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Hair Down There?

“Consensus amongst my friends seems to be that pubic hair on women is unsightly and unhygienic. Should I shave or wax it off?” Confused, Hairy Down There


Up until the 2000s, pubic hair on people of all genders was accepted as a fact of life. Nude photographs and pornography featured women with full-grown muffs, and most women certainly didn’t spend time worrying about shaving it all off. I remember reading a women’s magazine at the age of eleven (hands up if you sneaked peeks at your mother’s/elder sister’s/cousin’s “grown-up magazines” too) wherein men were polled about what they thought about the new female trend of shaving or waxing the pubic area. I remember that most of them seemed very alarmed. That was in 2002. How times have changed.

What changed? It’s hard to track societal trends, but consensus seems to be that porn films first started featuring porn actresses who were completely hairless down there. Porn directors had woken up to the fact that you could see more of the female genitalia if the bush was eliminated; and had porn actresses remove that as a matter of cinematographic technique. Ladies, this is just my personal opinion, but this rationale for hair removal doesn’t seem very relevant to our daily lives.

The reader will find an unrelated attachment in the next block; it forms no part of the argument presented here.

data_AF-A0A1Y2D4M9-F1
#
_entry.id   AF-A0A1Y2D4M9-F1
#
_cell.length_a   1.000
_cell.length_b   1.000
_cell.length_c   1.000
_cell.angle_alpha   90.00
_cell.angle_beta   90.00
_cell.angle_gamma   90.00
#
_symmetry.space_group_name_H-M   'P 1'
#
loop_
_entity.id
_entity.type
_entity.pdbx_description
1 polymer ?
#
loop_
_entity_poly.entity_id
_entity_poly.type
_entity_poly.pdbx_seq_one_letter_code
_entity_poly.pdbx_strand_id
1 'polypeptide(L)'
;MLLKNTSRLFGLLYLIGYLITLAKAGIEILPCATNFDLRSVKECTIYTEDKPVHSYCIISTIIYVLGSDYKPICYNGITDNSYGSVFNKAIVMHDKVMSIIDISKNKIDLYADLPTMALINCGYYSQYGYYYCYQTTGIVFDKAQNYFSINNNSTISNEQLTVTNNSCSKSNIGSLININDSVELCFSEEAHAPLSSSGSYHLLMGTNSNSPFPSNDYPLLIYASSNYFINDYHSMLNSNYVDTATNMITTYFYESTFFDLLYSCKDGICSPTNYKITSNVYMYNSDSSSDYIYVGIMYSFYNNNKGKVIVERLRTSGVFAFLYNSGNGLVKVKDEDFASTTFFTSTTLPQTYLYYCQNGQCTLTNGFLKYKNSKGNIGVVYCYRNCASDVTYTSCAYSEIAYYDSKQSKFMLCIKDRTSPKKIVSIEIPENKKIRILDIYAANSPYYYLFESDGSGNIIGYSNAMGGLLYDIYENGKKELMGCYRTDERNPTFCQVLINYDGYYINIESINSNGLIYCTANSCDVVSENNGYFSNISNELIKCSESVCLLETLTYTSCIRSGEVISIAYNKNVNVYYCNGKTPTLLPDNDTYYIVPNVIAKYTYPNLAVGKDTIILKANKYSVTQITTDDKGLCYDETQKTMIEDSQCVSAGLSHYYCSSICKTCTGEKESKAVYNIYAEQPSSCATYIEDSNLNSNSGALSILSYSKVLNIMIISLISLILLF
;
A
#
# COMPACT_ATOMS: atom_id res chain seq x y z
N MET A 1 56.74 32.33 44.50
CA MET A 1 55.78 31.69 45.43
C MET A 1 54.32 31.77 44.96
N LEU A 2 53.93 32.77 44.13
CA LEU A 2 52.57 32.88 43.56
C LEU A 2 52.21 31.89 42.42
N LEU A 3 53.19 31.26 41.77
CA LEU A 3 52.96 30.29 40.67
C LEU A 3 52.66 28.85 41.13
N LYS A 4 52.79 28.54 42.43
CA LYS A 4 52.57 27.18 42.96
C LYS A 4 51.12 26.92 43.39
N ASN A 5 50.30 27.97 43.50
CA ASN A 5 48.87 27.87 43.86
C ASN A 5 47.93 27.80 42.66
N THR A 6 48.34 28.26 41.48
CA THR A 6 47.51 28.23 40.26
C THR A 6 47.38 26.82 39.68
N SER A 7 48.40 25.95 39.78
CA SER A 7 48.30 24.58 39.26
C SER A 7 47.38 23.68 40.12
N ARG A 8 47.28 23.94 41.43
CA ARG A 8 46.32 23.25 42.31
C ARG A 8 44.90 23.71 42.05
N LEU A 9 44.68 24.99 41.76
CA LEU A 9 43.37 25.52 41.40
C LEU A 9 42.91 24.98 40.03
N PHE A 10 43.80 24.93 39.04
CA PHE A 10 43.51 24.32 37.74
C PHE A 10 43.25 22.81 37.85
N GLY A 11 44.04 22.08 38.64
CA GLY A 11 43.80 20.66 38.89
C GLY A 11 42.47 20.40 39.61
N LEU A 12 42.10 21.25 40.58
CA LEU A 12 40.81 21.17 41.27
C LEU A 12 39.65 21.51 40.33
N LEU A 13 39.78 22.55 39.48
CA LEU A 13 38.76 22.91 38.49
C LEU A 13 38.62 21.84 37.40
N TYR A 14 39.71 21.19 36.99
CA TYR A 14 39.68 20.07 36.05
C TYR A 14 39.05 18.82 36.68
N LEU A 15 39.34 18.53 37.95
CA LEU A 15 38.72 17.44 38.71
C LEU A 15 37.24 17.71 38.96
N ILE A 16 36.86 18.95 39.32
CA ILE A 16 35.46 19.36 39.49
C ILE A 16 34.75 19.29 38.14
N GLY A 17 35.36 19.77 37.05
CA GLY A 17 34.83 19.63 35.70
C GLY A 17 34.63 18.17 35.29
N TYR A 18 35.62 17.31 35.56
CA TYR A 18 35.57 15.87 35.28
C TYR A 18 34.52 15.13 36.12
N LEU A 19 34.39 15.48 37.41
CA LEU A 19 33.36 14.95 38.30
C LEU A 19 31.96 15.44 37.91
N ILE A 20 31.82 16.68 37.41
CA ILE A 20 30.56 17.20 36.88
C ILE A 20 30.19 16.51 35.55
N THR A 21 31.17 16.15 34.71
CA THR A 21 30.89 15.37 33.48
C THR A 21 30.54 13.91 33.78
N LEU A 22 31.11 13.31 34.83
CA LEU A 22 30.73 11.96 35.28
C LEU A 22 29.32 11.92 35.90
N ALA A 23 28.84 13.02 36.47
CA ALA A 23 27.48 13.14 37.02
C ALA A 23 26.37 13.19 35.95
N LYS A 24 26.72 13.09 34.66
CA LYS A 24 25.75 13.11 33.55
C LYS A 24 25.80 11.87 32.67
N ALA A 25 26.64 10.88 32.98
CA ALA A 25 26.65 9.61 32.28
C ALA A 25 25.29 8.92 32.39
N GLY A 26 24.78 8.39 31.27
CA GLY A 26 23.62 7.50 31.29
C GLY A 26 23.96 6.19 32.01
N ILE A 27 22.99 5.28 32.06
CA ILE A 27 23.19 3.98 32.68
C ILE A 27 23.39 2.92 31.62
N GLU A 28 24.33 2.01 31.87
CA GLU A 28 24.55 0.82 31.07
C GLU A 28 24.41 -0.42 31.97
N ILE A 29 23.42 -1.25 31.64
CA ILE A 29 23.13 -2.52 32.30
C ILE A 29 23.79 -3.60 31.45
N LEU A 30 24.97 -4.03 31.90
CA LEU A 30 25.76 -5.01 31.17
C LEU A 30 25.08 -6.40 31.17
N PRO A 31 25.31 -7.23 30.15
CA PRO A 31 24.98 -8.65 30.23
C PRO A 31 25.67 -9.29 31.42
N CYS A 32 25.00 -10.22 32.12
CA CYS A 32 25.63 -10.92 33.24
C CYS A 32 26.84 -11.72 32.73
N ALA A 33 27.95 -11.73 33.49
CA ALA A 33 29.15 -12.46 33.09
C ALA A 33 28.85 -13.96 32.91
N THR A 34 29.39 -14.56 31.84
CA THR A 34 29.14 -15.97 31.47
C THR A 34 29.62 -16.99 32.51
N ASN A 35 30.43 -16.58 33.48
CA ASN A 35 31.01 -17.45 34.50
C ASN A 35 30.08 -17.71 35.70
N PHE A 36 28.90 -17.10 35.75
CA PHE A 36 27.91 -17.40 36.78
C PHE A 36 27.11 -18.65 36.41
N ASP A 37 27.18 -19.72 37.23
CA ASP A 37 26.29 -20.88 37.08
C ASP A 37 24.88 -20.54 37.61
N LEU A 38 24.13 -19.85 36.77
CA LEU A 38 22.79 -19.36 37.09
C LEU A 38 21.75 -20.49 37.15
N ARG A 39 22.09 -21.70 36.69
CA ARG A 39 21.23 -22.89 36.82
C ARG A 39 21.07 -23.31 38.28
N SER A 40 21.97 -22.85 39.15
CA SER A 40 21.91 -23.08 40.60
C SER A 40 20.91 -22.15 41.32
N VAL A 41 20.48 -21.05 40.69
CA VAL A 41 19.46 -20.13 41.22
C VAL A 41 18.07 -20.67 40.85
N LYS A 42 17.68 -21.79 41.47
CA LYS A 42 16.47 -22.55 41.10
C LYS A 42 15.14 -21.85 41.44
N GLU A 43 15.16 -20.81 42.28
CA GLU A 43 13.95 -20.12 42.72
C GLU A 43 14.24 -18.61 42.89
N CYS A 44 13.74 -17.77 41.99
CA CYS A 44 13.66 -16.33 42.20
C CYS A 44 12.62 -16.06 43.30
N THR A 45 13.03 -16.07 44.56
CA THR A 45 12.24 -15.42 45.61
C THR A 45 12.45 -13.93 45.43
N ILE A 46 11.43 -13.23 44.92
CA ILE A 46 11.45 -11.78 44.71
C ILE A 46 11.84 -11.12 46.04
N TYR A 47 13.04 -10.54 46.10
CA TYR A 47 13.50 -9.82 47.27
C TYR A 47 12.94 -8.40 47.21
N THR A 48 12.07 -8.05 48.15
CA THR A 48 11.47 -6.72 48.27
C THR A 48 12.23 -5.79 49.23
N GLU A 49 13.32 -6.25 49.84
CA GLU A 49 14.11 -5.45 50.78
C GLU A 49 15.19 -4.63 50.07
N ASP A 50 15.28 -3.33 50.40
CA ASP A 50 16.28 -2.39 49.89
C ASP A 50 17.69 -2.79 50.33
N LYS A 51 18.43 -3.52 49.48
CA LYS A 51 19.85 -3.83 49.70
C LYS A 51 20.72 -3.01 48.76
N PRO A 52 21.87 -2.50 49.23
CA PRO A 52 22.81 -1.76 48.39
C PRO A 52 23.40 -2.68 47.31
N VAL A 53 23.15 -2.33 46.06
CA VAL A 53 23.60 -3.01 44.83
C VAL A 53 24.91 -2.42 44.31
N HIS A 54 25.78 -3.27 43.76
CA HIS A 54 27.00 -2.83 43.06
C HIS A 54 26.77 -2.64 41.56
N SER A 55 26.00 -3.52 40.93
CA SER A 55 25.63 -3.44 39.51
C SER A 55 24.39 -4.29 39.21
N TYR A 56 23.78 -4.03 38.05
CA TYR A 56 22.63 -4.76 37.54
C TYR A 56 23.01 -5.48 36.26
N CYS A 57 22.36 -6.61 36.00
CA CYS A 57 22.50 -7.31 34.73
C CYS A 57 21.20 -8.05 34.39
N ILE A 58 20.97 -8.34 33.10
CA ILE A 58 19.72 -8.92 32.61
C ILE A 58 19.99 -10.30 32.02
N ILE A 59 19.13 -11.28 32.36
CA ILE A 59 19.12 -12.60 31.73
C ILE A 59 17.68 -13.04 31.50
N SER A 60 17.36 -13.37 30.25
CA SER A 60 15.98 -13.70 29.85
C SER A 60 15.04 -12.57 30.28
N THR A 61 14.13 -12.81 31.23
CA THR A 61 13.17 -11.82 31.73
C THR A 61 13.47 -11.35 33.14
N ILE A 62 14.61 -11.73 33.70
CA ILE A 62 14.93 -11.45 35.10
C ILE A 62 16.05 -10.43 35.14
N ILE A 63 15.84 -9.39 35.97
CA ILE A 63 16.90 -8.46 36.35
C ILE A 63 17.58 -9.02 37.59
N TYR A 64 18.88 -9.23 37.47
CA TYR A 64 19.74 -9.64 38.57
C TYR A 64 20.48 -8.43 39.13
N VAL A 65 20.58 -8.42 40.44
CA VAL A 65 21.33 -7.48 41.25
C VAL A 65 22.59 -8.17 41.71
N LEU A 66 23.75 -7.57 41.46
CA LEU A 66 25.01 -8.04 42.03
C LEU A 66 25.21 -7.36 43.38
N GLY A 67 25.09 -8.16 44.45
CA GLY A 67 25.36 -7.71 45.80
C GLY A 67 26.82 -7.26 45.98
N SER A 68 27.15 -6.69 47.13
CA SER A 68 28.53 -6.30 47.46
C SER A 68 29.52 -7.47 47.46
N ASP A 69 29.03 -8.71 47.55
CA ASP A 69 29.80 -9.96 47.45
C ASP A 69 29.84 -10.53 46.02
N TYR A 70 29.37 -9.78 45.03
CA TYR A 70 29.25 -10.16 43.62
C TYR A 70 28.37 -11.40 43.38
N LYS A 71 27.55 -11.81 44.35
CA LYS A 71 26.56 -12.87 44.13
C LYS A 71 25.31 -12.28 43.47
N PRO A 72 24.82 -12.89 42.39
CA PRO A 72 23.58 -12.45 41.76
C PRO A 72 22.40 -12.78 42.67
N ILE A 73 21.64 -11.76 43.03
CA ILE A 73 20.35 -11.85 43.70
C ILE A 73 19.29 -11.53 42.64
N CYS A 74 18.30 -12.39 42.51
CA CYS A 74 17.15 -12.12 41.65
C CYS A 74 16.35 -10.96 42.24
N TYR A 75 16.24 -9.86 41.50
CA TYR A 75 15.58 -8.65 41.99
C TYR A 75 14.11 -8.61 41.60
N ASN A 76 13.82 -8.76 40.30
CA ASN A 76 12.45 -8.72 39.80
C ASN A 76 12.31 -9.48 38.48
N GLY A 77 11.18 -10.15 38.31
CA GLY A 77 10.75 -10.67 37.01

It is true that this trend is so deeply rooted that many people who first became sexually active in the last decade or so have been conditioned to find pubic hair unsightly, even ghastly. The eroticism of Gustave Courbet’s 1866 painting L’Origine du Monde, featuring hairy pudenda, seems to have lost much of its original appeal in modern sexual discourse. Pulling up the painting of the female torso on Google Images – the spread thighs, the breast only half-revealed by the lifted white bedclothes, and at the focal point the red cleft peeking out shyly from under the spread thatch of dark hair – I can’t help but feel that this is a loss. It says something about society if we consider pubic hair, an important marker of sexual maturity, unsightly, and compel women through peer pressure to conform to the industry standard: the prepubescent smoothness of a lower torso, completely bare.

Here are some facts about pubic hair, to ground this overly sentimental eulogy. (Also, to dispel that notion that pubic hair is ‘unhygienic’.) Pubic hair protects the vulva from foreign particles and infections; think of it as a wilder, slicker analogue to eyelashes, which do much the same in the way of protection for the eyes. The average life of a pubic hair is six weeks, so if you don’t shave or trim it, it eventually falls off anyway. There’s no need to worry about neglected pubes growing so long they eventually peek out at the world from the hem of your jeans. Lastly, pubic hair may help capture and emit pheromones from the genitals into the air, magnifying the chemical effects that aid sexual attraction. That’s right, pubic hair is sexy.

Science says so.

Nevertheless, there are signs that pubic hair may be coming back into ‘fashion’. In 2010, Crystal Renn posed for Vogue Paris in a shot that revealed a thicket of neatly-trimmed hair over her crotch. Whether this reverse trend latches on or not, remember that there is a bunch of ways to style your pubic hair. There’s shaving, waxing, trimming, or even going au naturel. So don’t feel compelled to do whatever, and go with what makes you feel most comfortable. A useful rule of thumb when it comes to sex, and life in general.